Varsity athletics seem to have a sort of conundrum about them.
The higher the level of competition, the greater the reward for success is.
But with this reward also comes stress and commitment, and the whole experience begins to feel like an obligation, not a pastime.
It seems as if the nature of this level of competition leads to a trade of fun for success.
This begs the question, what is truly important for high school sports? Is it winning, or is it the athletes having fun?
There is no single answer to this. Many students enjoy being on a successful team even if they don’t play, as proved by the Granite Bay High School football team who has roughly 80 players and only a little over 30 of them receive significant playing time each game.
Where is the middle ground? How do you combine fun for the team and still achieve success?
Over the summer, I played for Maidu’s Senior All-Star baseball team. We were the District 54 Champions and finished second place in the Sacramento area, narrowly missing a chance to advance to the Northern California tournament.
By all definitions we had a very successful season, and we also managed to have a lot of fun.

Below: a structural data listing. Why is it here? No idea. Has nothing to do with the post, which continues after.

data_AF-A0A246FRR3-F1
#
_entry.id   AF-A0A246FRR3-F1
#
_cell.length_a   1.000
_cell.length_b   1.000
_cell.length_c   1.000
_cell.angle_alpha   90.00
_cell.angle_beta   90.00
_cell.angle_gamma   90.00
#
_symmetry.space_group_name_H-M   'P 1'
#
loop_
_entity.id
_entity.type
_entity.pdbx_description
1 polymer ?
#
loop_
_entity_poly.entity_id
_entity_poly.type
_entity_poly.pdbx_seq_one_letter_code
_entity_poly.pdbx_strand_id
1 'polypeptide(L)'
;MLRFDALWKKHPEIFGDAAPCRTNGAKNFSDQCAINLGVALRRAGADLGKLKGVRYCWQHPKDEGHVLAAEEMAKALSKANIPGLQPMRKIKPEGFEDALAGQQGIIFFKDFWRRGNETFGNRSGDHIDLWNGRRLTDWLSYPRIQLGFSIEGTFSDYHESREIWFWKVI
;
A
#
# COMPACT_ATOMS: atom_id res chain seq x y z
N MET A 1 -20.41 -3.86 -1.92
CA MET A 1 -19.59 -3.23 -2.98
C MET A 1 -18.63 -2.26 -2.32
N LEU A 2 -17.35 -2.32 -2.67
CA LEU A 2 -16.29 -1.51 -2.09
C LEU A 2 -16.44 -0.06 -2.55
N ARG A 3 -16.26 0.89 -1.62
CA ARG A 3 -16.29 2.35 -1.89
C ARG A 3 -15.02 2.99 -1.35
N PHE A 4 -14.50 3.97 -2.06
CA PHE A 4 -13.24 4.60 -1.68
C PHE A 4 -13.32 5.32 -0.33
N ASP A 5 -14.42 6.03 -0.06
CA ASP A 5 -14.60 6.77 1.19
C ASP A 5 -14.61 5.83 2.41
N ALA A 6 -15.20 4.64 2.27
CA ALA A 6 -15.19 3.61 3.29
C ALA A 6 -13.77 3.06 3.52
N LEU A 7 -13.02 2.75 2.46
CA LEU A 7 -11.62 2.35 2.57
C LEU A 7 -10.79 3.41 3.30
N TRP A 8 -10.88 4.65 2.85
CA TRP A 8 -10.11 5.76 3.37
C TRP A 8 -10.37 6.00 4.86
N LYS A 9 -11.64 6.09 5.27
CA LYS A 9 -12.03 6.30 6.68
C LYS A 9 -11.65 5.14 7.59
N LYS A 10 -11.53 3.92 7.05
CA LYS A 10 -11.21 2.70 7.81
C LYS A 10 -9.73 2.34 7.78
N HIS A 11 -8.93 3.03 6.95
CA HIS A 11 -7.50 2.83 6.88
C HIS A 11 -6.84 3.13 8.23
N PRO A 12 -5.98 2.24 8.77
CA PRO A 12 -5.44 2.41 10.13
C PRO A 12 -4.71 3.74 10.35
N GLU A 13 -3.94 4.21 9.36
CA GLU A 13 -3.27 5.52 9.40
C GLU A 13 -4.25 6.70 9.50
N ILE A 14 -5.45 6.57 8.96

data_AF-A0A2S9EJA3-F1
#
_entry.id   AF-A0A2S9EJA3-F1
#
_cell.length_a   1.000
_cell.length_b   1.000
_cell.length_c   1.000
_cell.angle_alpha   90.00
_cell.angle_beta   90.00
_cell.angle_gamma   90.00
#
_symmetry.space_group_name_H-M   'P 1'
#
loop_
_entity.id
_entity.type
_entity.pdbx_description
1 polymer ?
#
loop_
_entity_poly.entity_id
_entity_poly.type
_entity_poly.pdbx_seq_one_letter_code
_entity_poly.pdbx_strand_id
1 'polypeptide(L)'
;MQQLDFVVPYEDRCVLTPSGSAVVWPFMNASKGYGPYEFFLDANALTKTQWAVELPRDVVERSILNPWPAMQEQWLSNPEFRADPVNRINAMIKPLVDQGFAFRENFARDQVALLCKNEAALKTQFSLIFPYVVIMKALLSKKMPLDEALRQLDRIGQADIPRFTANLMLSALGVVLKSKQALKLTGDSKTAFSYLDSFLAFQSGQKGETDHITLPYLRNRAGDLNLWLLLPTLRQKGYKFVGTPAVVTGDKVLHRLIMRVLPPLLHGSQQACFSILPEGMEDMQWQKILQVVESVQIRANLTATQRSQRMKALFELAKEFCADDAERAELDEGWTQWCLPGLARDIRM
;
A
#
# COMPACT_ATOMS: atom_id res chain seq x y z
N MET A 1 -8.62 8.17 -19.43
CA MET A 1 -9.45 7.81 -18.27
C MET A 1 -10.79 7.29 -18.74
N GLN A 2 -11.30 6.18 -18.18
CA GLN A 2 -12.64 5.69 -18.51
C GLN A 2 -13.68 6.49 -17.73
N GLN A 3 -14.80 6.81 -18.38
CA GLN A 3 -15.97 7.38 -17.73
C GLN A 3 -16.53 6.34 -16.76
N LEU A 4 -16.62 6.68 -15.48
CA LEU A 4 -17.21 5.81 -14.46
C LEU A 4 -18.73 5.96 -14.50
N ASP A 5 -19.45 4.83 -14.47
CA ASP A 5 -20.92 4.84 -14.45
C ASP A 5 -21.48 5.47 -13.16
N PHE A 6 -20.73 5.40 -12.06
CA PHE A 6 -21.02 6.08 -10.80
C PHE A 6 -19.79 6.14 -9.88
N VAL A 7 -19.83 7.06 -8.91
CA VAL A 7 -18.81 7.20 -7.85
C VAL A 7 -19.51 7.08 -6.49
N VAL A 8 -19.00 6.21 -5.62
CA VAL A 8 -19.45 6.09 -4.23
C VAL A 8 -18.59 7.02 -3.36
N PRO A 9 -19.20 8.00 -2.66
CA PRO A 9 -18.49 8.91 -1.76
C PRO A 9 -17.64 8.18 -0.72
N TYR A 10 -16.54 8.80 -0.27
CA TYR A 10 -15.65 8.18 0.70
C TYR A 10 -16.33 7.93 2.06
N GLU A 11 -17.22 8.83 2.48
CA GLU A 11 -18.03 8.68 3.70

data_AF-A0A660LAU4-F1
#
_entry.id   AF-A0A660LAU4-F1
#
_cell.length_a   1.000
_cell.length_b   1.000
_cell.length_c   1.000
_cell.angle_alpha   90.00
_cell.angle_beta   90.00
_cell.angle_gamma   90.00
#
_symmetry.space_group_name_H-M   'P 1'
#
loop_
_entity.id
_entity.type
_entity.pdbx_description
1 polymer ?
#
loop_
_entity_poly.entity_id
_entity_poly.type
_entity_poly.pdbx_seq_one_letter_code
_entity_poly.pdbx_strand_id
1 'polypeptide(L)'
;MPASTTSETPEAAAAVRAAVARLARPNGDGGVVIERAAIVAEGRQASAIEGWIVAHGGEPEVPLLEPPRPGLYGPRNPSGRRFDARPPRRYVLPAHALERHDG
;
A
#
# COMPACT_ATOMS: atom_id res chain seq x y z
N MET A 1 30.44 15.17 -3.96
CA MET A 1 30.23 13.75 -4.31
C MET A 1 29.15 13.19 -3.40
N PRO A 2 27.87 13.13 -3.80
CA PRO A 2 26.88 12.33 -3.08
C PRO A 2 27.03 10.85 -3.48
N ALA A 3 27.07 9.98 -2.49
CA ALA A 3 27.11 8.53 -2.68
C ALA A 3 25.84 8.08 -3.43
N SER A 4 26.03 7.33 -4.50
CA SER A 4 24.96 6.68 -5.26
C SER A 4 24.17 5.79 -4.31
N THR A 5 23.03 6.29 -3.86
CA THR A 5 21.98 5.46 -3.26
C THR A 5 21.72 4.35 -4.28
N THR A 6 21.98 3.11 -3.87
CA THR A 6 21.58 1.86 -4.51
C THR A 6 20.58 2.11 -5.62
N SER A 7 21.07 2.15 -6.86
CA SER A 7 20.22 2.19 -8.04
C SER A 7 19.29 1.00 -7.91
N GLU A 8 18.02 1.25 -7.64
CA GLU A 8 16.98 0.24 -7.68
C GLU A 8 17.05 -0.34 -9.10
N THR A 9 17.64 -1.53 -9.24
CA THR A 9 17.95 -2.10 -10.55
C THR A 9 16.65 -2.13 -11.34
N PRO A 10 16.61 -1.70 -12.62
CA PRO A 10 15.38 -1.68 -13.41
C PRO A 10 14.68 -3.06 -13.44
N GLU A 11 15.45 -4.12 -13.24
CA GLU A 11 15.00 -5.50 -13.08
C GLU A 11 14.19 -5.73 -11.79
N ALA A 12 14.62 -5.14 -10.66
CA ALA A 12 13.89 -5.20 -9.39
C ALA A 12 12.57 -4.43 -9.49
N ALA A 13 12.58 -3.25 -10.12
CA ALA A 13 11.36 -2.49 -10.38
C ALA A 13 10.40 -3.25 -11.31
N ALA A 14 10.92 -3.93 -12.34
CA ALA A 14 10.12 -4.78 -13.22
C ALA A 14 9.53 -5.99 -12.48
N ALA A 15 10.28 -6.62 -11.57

Almost everyone received a decent amount of playing time, whether or not his playing was going to help our chances of winning.
Our practices were casual, but productive. There was little stress, the desire to succeed was intrinsic, and there was no huge fear of the consequences of failure.
I have had a much different experience so far with the fall program of the GBHS varsity baseball team. The competition level is higher, the expectations are entirely different being a high school sport and a mutual pressure to succeed is felt very strongly by every player.
This pressure doesn’t come from the coaching; it is a product of the atmosphere of high school sports.
I have a unique perspective of being an athlete and a fan.
As an avid fan of the football team, I want to see them win. My expectations, and the expectations of so many others who share my feelings, feed into this cutthroat level of competition for playtime between teammates, resulting in only the best touching the field.
While this atmosphere translates well to an organization such as the National Football League, where every team is a business, these are only high school sports.
What should be the goal of high school athletics, to win or to have fun?
This is a question that cannot be answered by the coaches. If they field an unsuccessful team, they will lose the faith of the fans, even if the players had an enjoyable experience.
And if they play only the best and succeed, they will be criticized for not giving playing time to everyone.
This is the Catch-22 that high school athletics face.
The ambiguity of the situation is further complicated by the fact that some athletes would enjoy being a bench player on a very successful team as well.
The answer? Well it, depends on your perspective.
As a fan, I want to win, and I could care little how this is achieved.
But as an athlete, I know the pain of the many players who do not get a chance at a decent amount of playing time.
My opinion? Let the players decide. There are different circumstances for different teams.